The film taps into universal truths about the passage of time, the inevitability of loss, and how we prepare one another for it.
The filmmaker discusses how she wants viewers to feel like they’re paratrooping into her characters’ lives.
The album’s juxtaposition of lyrical techno-dread with austere, ghostly electronic music is satisfyingly unsettling.
Its repetitive tasks are like the usual arbitrary gates to reach a cutscene in a mediocre video game.
From the second you power on the game, its entire toy chest is open to you, no strings attached.
The similarities between SolSeraph and ActRaiser are unmistakable, but it’s a joyless facsimile that lacks a single spark of innovation.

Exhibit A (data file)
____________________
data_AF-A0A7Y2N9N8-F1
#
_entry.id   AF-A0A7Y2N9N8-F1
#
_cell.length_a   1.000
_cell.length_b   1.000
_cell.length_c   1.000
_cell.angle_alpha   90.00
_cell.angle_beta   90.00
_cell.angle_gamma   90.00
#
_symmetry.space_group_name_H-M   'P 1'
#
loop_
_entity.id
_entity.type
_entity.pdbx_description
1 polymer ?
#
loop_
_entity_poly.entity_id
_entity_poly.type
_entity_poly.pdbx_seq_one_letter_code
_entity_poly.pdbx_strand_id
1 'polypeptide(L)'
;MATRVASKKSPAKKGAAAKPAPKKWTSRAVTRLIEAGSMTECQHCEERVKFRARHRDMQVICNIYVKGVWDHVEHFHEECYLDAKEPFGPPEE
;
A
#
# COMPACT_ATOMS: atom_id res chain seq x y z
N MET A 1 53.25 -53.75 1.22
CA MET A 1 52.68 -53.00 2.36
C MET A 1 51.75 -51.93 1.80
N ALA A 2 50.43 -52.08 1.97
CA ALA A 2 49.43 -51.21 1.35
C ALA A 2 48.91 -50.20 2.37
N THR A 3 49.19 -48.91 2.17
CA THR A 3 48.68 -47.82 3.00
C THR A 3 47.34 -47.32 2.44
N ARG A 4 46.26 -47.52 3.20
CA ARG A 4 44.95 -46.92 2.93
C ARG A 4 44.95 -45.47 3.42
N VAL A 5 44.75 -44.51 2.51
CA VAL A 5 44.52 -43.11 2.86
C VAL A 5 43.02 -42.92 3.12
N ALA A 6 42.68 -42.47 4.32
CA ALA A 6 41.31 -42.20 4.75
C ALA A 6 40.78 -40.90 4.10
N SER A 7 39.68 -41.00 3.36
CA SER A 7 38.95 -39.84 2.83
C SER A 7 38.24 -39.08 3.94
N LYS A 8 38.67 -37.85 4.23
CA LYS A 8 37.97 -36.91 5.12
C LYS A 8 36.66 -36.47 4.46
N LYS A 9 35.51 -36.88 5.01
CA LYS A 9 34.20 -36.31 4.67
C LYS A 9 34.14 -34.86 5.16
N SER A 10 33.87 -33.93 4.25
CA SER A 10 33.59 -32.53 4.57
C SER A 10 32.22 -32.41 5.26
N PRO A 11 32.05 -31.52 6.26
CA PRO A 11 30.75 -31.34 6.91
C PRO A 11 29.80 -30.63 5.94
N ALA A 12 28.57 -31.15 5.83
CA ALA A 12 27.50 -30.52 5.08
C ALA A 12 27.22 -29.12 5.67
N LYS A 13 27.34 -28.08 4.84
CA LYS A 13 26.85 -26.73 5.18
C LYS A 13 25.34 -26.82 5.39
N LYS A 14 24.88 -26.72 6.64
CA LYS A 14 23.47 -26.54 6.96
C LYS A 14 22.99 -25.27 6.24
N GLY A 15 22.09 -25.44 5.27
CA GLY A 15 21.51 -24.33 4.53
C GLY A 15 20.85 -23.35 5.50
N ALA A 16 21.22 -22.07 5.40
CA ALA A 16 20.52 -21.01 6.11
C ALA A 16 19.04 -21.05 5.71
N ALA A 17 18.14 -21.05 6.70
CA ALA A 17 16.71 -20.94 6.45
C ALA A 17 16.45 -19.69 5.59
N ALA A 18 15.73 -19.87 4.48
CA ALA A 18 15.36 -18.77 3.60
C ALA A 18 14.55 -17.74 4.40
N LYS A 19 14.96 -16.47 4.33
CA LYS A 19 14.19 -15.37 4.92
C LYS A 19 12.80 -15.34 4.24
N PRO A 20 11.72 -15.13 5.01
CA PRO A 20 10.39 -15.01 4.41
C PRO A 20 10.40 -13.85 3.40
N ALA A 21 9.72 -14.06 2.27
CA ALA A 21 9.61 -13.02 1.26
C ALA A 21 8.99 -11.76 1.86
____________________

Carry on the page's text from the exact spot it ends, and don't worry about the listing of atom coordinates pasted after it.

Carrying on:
Where the game goes in-depth, and where it clearly feels most comfortable, is in its omnipresent brawls.
As varied and intriguing as the game can get on a conceptual level, it outdoes itself in the minutiae of traversal and combat.
Worse than the sheer tedium of shooting is the effect it has on the game’s atmosphere.
The series is ultimately content to luxuriate in the well-established tension between its central characters.
Tremblay discusses how horror can be a progressive, hopeful way to understand the world.